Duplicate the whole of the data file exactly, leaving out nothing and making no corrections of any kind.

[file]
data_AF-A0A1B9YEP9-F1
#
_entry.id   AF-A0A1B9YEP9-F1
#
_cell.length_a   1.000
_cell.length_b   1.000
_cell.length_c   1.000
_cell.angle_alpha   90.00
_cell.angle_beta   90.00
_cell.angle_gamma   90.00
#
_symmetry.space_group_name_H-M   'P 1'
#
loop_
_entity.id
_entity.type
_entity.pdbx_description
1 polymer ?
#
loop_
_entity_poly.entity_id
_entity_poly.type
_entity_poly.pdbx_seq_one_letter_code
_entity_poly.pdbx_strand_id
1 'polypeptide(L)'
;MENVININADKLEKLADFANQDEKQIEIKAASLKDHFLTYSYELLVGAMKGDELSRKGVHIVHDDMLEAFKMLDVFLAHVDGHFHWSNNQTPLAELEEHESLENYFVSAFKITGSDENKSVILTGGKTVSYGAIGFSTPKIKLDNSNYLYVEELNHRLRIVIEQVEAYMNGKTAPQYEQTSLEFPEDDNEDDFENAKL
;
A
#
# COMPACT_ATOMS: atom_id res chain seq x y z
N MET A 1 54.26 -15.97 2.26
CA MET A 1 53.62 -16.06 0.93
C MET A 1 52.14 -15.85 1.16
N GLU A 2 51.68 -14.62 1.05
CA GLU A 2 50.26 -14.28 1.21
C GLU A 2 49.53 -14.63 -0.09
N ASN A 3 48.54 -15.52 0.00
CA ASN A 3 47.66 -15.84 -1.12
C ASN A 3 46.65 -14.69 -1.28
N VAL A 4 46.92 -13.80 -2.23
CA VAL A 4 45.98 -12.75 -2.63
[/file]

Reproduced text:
data_AF-A0A1B9YEP9-F1
#
_entry.id   AF-A0A1B9YEP9-F1
#
_cell.length_a   1.000
_cell.length_b   1.000
_cell.length_c   1.000
_cell.angle_alpha   90.00
_cell.angle_beta   90.00
_cell.angle_gamma   90.00
#
_symmetry.space_group_name_H-M   'P 1'
#
loop_
_entity.id
_entity.type
_entity.pdbx_description
1 polymer ?
#
loop_
_entity_poly.entity_id
_entity_poly.type
_entity_poly.pdbx_seq_one_letter_code
_entity_poly.pdbx_strand_id
1 'polypeptide(L)'
;MENVININADKLEKLADFANQDEKQIEIKAASLKDHFLTYSYELLVGAMKGDELSRKGVHIVHDDMLEAFKMLDVFLAHVDGHFHWSNNQTPLAELEEHESLENYFVSAFKITGSDENKSVILTGGKTVSYGAIGFSTPKIKLDNSNYLYVEELNHRLRIVIEQVEAYMNGKTAPQYEQTSLEFPEDDNEDDFENAKL
;
A
#
# COMPACT_ATOMS: atom_id res chain seq x y z
N MET A 1 54.26 -15.97 2.26
CA MET A 1 53.62 -16.06 0.93
C MET A 1 52.14 -15.85 1.16
N GLU A 2 51.68 -14.62 1.05
CA GLU A 2 50.26 -14.28 1.21
C GLU A 2 49.53 -14.63 -0.09
N ASN A 3 48.54 -15.52 0.00
CA ASN A 3 47.66 -15.84 -1.12
C ASN A 3 46.65 -14.69 -1.28
N VAL A 4 46.92 -13.80 -2.23
CA VAL A 4 45.98 -12.75 -2.63